Late payments are the bane of many a small business owner’s life, putting pressure on that most precious of commodities: cash flow. And new research from Funding Options has unveiled the scale – and impact – of late payments in the UK construction industry.
Funding Options’ study found that the UK’s 20 largest property developers are now taking, on average, 56 days to pay sub-contractors, which is putting severe pressure on the cash flow of smaller contractors such as builders, electricians and plumbers. And, even more worryingly, that number is increasing. The 56-day payment terms represent a 16% increase from 2014, where the average time taken for a developer to pay a sub-contractor was 48 days.
In many cases, late payment amounts to nothing more than an inconvenience for some of these smaller businesses. For many, however, it represents a significant threat to their growth prospects and puts the entire operation of the business at risk, with the payment of employees and suppliers, not to mention business rates, adding to the financial burden that they already face.With property developers being accused of “sitting on the money”, the report from Funding Options suggests that their lengthy payment terms are, at best, excessive, especially when one considers the 17-day gap between clients paying developers and developers paying contractors. With cash flow and access to working capital increasingly becoming a crucial issue for small business owners, these long payment terms are putting tradesmen all over the country in a difficult position. As small businesses, they have the legal right to charge fees for late payment, yet, when faced with this prospect, often won’t follow through on this, as the prospect of alienating major developers and potentially losing out on work is too risky.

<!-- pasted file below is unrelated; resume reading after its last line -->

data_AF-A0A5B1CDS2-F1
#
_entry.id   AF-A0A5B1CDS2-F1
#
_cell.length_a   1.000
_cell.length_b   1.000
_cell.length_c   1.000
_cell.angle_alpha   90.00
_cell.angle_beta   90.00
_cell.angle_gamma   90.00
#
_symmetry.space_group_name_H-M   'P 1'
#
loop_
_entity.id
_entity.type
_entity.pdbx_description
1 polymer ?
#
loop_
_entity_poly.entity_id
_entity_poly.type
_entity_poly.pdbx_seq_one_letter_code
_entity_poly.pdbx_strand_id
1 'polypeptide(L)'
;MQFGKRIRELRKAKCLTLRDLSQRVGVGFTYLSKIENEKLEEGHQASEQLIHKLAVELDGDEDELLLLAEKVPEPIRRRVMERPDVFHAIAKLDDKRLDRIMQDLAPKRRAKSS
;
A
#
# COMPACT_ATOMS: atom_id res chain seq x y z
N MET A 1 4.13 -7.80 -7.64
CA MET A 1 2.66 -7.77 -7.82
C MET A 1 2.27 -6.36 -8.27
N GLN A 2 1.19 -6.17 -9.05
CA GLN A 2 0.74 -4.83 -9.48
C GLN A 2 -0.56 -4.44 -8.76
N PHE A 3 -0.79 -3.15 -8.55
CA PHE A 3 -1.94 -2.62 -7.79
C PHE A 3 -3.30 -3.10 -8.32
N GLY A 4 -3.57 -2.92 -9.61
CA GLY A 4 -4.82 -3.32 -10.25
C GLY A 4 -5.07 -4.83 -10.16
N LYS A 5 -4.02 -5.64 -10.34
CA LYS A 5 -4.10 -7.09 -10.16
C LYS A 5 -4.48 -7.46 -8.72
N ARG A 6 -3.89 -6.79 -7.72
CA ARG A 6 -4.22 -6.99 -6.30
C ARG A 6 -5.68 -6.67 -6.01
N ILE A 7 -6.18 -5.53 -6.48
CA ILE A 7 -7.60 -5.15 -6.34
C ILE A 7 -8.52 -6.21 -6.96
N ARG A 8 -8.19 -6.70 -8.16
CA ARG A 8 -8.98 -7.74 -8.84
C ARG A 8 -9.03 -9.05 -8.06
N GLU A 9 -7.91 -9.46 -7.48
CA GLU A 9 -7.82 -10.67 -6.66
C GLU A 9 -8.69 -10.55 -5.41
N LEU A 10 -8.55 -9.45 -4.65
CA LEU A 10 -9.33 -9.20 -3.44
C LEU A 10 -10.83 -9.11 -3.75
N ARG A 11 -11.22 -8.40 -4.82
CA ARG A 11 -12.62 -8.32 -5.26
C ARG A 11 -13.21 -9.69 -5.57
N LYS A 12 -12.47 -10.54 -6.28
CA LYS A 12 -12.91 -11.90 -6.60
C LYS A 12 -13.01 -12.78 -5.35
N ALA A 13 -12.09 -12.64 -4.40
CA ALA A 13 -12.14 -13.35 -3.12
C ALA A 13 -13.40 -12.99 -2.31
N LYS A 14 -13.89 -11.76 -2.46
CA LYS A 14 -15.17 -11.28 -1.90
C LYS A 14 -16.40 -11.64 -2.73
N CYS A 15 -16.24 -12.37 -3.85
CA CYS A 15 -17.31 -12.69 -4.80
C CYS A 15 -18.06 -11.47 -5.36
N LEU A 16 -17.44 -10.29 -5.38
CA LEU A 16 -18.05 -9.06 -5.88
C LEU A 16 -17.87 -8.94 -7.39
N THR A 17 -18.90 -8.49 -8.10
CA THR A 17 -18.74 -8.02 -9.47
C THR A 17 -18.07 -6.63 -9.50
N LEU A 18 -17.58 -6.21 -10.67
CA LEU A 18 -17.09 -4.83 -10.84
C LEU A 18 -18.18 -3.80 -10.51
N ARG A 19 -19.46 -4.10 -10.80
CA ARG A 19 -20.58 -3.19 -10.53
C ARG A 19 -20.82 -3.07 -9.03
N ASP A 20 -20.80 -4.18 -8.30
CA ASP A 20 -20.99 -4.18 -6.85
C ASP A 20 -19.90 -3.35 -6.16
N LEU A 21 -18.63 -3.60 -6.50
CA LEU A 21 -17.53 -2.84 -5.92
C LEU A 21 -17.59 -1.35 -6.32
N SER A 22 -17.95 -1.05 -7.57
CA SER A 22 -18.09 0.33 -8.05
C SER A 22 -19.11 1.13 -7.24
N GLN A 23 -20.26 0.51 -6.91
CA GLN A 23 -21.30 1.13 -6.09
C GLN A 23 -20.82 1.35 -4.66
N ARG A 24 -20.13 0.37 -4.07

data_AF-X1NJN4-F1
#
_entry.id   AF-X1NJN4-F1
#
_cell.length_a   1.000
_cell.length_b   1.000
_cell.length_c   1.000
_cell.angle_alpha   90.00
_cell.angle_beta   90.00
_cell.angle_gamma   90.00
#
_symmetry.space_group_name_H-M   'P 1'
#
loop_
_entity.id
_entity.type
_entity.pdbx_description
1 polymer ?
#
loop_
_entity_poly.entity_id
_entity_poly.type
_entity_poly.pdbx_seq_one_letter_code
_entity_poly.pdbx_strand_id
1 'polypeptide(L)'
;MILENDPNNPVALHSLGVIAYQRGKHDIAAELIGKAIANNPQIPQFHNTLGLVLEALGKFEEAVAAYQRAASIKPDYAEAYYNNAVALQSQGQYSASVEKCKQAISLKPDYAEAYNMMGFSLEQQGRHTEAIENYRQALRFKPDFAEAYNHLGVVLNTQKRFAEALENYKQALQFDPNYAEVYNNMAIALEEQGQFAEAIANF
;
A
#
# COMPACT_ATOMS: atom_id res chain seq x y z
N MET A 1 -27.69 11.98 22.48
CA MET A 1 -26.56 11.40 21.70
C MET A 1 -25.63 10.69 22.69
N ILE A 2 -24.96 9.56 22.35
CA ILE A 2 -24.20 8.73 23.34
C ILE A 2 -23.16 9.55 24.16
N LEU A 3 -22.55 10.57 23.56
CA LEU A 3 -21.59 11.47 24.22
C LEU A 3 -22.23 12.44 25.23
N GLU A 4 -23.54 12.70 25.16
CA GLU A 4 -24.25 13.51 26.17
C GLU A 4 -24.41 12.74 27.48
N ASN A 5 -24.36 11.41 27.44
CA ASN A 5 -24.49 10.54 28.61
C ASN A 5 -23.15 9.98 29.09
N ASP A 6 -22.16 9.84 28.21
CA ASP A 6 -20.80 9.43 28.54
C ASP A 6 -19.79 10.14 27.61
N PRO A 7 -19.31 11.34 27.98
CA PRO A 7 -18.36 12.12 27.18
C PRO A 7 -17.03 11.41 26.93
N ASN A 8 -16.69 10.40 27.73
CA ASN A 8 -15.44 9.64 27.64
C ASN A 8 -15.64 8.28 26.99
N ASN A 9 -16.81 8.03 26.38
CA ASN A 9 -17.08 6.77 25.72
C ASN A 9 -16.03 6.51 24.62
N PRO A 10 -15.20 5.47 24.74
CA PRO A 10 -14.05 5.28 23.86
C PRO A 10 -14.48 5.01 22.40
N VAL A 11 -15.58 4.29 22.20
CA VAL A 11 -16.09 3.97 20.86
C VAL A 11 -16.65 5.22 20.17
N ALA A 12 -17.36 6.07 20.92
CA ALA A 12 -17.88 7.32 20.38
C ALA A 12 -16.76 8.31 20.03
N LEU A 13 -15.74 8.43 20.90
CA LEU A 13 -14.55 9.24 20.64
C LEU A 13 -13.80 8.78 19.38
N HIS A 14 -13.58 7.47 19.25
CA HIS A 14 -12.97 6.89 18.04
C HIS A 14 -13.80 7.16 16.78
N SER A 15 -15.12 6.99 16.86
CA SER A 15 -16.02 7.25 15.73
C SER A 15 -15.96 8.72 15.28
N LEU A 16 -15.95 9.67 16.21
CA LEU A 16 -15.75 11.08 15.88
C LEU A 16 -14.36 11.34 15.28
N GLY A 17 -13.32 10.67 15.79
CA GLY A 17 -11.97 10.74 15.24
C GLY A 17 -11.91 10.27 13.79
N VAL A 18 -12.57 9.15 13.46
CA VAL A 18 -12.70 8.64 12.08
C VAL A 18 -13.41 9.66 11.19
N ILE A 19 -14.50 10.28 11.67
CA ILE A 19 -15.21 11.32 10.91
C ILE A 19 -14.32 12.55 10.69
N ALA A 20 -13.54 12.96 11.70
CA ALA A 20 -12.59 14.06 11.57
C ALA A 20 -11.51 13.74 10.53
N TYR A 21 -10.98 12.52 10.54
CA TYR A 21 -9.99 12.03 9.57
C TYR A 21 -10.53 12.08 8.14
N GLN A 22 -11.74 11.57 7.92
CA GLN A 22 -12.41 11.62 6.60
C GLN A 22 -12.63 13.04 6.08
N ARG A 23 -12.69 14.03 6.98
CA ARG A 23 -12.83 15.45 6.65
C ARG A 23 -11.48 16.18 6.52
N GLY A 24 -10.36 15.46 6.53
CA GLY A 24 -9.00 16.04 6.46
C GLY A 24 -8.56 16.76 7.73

Getting big businesses to shorten their payment terms and pay on time is a big challenge — many of these firms will look to business finance providers to help them alleviate this cash flow strain. Conrad Ford, Funding Options
Fortunately, with the emergence of alternative finance providers, there are now several options available to sub-contractors, from invoice discounting and equipment leasing to bridging loans and working capital loans. These new lenders are making it easier for small business owners to gain access to quick, easy and flexible capital, which can be used not only to maintain operations, but also to grow their business, take on more staff and pay for new equipment.
“There are lots of options in the market these days for companies looking to boost their available working capital, even if they’re operating in sectors that are traditionally difficult to finance,” said Conrad Ford, CEO of Funding Options. “With the right facility in place, sub-contractors have a valuable safety net that allows them to continue working with the larger developers without worrying about how they’ll pay their next bill.”
With traditional forms of lending still recovering from the financial crisis and banks hesitant to invest in small businesses, alternative lenders are increasingly establishing themselves as valuable resources to small business owners. And the advantages of alternative finance providers are particularly pertinent to owners of construction businesses. Smaller and more agile than banks, alternative lenders can often process an application and have funds transferred in a matter of hours, a feature that has proved important for the UK’s fast-recovering construction industry.
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